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Tina J. Hieken, Mariana B. Sadurní, Enrica Quattrocchi, Ajdin Kobic, Sindhuja Sominidi-Damodaran, Lisette Meerstein, Jvalini T. Dwarkasing, Alina G. Bridges, and Alexander Meves

complication rates for SLN procedures performed between 2004 and 2018 across Mayo Clinic tertiary care sites. Complications evaluated were lymphedema, seroma, infection/cellulitis, hematoma, and wound dehiscence. Patients who proceeded to completion lymph node

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Jordan McDonald, Anupam Rishi, Sabrina Saeed, Rutika Mehta, David Pointer, Jessica Frakes, Sarah Hoffe, Jacques Fontaine, and Jose Pimiento

Background : Esophagectomy with lymph node dissection following neoadjuvant therapy is the standard of care for resectable esophageal cancer. We explore whether a relationship exists between the examined lymph node (ELN) count and overall survival

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Stephen B. Edge and David G. Sheldon

survivors 20 years after diagnosis . Cancer 2001 ; 92 : 1368 – 1377 . 25 Kelemen PR Lowe V Phillips N . Positron emission tomography and sentinel lymph node dissection in breast cancer . Clin Breast Cancer 2002 ; 3 : 73 – 77 . 26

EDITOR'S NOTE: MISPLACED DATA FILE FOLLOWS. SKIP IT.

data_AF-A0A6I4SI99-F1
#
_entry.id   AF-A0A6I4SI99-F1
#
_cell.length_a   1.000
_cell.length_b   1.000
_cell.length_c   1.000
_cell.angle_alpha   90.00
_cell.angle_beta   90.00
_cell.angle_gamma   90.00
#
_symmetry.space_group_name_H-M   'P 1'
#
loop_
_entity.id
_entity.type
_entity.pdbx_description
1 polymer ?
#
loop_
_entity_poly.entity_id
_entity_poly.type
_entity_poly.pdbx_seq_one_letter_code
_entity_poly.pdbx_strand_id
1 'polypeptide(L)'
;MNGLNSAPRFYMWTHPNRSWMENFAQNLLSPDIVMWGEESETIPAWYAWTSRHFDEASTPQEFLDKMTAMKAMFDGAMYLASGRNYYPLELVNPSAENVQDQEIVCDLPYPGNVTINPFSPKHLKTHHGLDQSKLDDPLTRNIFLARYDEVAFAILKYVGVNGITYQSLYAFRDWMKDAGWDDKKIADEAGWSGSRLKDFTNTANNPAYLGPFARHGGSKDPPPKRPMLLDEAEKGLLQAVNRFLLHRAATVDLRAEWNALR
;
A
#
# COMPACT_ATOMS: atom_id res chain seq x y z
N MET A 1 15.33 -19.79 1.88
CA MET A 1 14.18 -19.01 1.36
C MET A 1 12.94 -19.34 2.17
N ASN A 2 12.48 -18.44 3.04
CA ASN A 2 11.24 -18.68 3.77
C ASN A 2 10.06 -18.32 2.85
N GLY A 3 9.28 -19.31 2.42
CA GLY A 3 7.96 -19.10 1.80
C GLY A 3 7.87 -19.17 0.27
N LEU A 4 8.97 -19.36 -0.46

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Matthew D. Galsky, Harry W. Herr, and Dean F. Bajorin

treatment of invasive bladder cancer: Long-term results in 1,054 patients . J Clin Oncol 2001 ; 19 : 666 – 675 . 2 Vieweg J Gschwend JE Herr HW . Pelvic lymph node dissection can be curative in patients with node positive bladder cancer . J

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Robert Torrey, Philippe E. Spiess, Sumanta K. Pal, and David Josephson

the results of the first randomized trial comparing lymph node dissection at the time of radical nephrectomy and radical nephrectomy alone in patients with clinical N0M0 disease. They found that of the patients who underwent lymph node dissection, 4

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Wui-Jin Koh, Benjamin E. Greer, Nadeem R. Abu-Rustum, Sachin M. Apte, Susana M. Campos, John Chan, Kathleen R. Cho, David Cohn, Marta Ann Crispens, Nefertiti DuPont, Patricia J. Eifel, David K. Gaffney, Robert L. Giuntoli II, Ernest Han, Warner K. Huh, John R. Lurain III, Lainie Martin, Mark A. Morgan, David Mutch, Steven W. Remmenga, R. Kevin Reynolds, William Small Jr, Nelson Teng, Todd Tillmanns, Fidel A. Valea, Nicole R. McMillian, and Miranda Hughes

dissection depends on whether pelvic nodal disease and/or LVSI is present and the size of the tumors. Fertility-Sparing: For patients who desire fertility preservation, cone biopsy with or without pelvic lymph node dissection is recommended. 73 , 74 For

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Quan P. Ly and Aaron R. Sasson

. Extended lymph node dissection for gastric cancer: who may benefit? Final results of the randomized dutch gastric cancer group trial . J Clin Oncol 2004 ; 22 : 2069 – 2077 . 33. Cuschieri A Weeden S Fielding J . Patient survival after D1 and